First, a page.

Minority students collection
Scope and Contents
The Minority students collection contains documents related to programs and activities offered to minority students at the Rochester Institute of Technology (RIT), as well as information about the university policies and relations. The correspondence in the collection covers a variety of topics from the services offered by the school to the formation of a Minority Task Force.
The collection also includes promotional materials geared toward minority students. For instance, there is "Minority Students Resources Directory and Handbook," information on specific scholarships, and materials distributed by the Office of Admissions.
Finally, the collection includes a clippings file. Again, the clippings cover a variety of topics such as programs sponsored by RIT and the state of race relations on RIT's campus.
- 1906, 1961-1989
- Rochester Institute of Technology (Organization)
Conditions Governing Access
This collection is open to researchers.
Historical Information: Minority students at RIT
It is unclear when the Rochester Institute of Technology (RIT) first admitted minority students. However, it appears as though the first African American students entered the Rochester Athenaeum and Mechanics Institute (renamed RIT in 1944) during the early 1900s. For instance, in 1906 Fredericka Sprague, the granddaughter of Frederick Douglass, took classes at the Institute. There are several other instances of African American students attending the school during the early 20th century as well. In 1968, the Policy Committee began to look at the role of "disadvantaged students" on RIT's campus. Although this term did not specifically refer to minority students, many of these disadvantaged pupils were innercity students from minority populations.
Gradually more services were added for minority students on campus. In 1969, a black studies program was offered with courses such as "Afro-American History," "Nativism, Racism, and Anti-Semitism," "West African History," and "Sociology of Intergroup Relations." In 1980, a plan was developed to increase the number of minority and disadvantaged students in the RIT community, both faculty and students. Then, in 2000 the North Star Center for Academic Success and Cultural Affairs was established as part of an initiative to increase student retention at the college, particularly among minority students.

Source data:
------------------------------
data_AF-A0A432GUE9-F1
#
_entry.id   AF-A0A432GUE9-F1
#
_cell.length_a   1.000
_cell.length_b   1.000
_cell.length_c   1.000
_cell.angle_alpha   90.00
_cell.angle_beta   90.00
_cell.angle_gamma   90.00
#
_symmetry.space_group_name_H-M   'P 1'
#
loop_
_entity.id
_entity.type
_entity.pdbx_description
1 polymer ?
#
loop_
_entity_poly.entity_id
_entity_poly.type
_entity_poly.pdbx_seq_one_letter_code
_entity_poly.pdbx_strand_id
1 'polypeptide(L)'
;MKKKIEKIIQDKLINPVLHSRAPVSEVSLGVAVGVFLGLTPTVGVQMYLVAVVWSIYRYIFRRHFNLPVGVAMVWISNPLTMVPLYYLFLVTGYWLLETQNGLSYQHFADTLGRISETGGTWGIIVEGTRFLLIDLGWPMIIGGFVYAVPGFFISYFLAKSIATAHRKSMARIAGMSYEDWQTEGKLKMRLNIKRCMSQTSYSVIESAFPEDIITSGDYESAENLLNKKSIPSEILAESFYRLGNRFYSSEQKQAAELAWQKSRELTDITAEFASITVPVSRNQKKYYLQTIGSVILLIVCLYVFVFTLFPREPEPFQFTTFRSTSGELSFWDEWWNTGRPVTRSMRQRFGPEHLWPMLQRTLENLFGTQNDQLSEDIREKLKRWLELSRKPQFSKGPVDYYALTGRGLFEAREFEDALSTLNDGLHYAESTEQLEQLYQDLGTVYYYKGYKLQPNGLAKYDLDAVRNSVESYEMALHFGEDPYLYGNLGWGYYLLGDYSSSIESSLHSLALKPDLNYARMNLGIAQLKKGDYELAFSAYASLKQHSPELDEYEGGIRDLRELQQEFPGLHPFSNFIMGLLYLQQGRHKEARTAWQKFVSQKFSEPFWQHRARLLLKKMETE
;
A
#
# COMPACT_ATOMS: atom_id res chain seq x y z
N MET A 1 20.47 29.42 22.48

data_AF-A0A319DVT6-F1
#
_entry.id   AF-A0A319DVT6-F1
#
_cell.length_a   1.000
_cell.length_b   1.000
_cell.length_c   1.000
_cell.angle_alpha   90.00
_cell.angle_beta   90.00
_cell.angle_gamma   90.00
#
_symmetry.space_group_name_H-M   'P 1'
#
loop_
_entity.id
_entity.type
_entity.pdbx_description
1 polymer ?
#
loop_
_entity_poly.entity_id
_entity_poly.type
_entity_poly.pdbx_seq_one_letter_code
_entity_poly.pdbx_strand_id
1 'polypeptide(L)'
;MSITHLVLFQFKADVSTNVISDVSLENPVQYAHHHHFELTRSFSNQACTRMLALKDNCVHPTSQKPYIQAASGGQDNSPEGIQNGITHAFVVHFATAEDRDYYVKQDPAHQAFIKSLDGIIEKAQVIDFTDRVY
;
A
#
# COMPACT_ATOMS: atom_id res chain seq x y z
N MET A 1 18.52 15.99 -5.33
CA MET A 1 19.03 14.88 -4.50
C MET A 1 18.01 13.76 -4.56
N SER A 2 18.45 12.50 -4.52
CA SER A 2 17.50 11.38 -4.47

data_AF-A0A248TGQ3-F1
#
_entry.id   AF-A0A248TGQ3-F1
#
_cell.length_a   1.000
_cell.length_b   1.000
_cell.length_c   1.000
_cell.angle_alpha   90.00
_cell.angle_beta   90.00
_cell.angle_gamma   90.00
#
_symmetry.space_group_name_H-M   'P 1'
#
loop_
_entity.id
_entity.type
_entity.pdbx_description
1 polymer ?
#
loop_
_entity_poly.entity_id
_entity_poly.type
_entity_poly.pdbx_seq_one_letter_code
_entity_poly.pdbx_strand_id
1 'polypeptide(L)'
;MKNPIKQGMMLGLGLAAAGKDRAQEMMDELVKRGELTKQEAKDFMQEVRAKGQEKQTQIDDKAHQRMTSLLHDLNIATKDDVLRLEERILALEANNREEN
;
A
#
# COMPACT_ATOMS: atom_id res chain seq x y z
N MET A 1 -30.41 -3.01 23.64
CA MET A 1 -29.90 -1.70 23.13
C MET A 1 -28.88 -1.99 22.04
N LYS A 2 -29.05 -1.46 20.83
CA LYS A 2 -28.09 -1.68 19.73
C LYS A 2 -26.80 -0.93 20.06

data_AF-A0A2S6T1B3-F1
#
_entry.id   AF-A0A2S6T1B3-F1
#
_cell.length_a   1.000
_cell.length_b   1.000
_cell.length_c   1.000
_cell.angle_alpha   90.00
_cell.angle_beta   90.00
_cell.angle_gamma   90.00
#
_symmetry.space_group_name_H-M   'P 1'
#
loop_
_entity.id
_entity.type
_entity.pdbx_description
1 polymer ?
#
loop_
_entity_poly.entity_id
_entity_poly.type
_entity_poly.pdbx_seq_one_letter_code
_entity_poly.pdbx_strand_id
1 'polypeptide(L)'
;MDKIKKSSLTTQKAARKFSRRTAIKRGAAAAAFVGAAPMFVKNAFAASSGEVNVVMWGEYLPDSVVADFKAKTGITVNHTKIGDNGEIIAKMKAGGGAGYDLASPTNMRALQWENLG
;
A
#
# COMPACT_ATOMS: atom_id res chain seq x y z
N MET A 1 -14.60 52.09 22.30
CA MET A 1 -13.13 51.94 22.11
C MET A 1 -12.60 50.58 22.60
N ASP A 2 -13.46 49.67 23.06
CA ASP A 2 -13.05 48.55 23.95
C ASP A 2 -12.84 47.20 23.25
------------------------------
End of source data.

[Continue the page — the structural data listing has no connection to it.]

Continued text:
As of 2011, RIT's student body was made up of over 1,400 international students from 100 different countries. In addition, more than 2,000 of the university's students were non-white. As of 2011, the North Star Center, along with the Office for Diversity and Inclusion, still played an important role on RIT's campus.
Materials related to minority students at the Rochester Institute of Technology (RIT). The collection includes correspondence, promotional materials, and clippings related to student activities, programs, and university relations.
The collection is arranged in three series: Correspondence, Promotional materials, and Clippings. Items are organized chronologically within each series.
C.S. North, Shelf 316 (Minority student collections)
Finding aid created by Lara Nicosia in May 2011.
- Minority students collection
- RIT Archives
- Lara Nicosia
- 25 May 2011
- Description rules
- Describing Archives: A Content Standard
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